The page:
Eye On Boise

Luna praises new school budget

Talking to reporters, Idaho schools Supt. Tom Luna praises the budget state lawmakers set for public schools for next year on Monday morning. (Betsy Russell)
Talking to reporters, Idaho schools Supt. Tom Luna praises the budget state lawmakers set for public schools for next year on Monday morning. (Betsy Russell)

Idaho state schools Superintendent Tom Luna is praising the budget set by JFAC today for public schools. "I think the outlook is very bright, especially when you consider some of the doomsday scenarios," he told reporters.

The budget for schools for next year shows a 4.6 percent increase in state general funds, after a 4 percent decrease last year; total funds, however, are just 0.4 percent above this year's level, due to one-time federal funds that arrived this year. Luna said he felt the budget would be particularly good for teachers, as roughly 31 percent would get a raise due to the increase in the minimum salary for teachers from $30,000 a year to $30,500; and another 21 percent will qualify for an incremental pay boost due to additional years of experience as they move through the state's teacher salary grid. That grid was frozen for two years, and the portion that provides pay boosts for additional education like master's degrees was frozen for one year, but both are back this year and next. (The lost pay boosts during the frozen years weren't made back up; Democrats on JFAC proposed to restore part of that today, but were voted down.)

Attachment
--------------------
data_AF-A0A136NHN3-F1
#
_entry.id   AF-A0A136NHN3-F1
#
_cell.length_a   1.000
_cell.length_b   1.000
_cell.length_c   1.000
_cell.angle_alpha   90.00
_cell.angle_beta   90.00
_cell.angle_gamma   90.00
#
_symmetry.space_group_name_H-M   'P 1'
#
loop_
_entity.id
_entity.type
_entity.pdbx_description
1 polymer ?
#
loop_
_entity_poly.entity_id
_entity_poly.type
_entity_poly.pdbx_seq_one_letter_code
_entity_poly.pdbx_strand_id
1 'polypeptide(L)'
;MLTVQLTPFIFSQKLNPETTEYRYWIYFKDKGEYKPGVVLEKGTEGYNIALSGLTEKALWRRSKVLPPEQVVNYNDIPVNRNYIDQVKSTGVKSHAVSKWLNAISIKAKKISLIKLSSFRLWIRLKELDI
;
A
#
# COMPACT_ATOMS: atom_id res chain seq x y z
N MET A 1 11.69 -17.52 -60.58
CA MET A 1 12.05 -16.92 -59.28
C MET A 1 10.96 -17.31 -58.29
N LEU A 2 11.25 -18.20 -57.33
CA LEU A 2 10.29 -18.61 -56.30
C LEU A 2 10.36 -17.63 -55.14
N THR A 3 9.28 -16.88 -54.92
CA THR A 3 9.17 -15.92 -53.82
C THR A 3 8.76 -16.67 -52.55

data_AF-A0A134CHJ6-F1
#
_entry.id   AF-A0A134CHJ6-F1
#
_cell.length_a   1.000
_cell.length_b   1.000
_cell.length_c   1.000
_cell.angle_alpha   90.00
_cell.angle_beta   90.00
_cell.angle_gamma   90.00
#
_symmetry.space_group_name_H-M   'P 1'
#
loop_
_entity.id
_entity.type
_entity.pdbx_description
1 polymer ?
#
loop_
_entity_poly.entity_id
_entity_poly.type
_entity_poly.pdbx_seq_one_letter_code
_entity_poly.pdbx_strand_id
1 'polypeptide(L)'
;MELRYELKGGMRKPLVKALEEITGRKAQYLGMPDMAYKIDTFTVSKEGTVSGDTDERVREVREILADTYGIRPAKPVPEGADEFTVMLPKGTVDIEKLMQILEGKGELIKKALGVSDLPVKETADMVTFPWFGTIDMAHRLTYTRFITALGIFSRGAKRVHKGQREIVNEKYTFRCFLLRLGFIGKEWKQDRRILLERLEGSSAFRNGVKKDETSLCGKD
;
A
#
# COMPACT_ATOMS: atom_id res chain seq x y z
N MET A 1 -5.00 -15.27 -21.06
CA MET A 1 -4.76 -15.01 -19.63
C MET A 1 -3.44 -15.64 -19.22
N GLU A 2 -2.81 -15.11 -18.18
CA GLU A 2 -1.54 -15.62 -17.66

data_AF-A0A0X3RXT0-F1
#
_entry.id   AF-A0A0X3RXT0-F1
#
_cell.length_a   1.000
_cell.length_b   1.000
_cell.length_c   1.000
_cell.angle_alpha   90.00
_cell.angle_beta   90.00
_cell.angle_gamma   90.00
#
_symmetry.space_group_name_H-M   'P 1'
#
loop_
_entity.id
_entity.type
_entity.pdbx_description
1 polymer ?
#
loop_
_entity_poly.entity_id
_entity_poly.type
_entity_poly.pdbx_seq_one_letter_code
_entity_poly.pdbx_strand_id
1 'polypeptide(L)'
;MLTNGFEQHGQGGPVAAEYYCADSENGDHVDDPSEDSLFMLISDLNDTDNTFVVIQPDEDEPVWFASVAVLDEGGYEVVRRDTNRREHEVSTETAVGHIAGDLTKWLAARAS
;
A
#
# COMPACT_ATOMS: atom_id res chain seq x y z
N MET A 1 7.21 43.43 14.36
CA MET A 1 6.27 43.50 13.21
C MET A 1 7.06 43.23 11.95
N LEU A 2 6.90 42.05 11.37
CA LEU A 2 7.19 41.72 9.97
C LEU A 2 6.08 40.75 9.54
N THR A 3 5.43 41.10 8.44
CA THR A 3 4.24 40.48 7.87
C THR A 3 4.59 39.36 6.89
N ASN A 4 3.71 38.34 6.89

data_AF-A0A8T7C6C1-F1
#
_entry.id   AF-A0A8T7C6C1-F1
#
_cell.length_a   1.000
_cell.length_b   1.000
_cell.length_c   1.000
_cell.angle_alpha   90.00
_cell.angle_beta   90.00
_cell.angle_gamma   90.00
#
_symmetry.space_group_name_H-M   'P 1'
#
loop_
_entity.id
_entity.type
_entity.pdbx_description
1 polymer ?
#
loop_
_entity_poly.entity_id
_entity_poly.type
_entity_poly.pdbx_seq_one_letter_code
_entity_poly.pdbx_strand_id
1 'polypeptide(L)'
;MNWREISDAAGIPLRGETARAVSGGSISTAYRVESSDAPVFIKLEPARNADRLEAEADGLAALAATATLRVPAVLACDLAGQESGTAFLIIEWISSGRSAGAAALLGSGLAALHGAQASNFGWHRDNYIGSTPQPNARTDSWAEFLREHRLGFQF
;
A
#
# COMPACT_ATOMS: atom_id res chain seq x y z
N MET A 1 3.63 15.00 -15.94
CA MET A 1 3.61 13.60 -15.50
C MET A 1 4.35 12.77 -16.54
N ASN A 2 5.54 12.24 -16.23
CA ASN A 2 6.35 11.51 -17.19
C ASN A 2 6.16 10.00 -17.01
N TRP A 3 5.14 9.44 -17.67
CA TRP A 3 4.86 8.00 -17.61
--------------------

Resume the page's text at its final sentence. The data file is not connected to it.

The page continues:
Luna said in addition to those pay boosts, he estimates that 85 percent of Idaho teachers will get a bonus under the new "Students Come First" merit-pay bonus plan. All told, he's estimating that average teacher pay next year will rise by $2,300.

"We're still going to have about $100 million less than we had just a few years ago for our public schools, but look at how much more we're getting from this," Luna said."We've increased minimum teacher pay ... (and) average teacher pay. ... We're providing historic amounts of money for professional development, historic amounts of money for technology upgrades. We're moving towards a 21st Century classroom ... and a pay-for-performance plan that's second to none in the country. So it's a demonstration that, as we said last year, once the economy improves, and there's more money for education, this is the new education system that we're going to build. And that's what this budget accomplishes."




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Betsy Z. Russell




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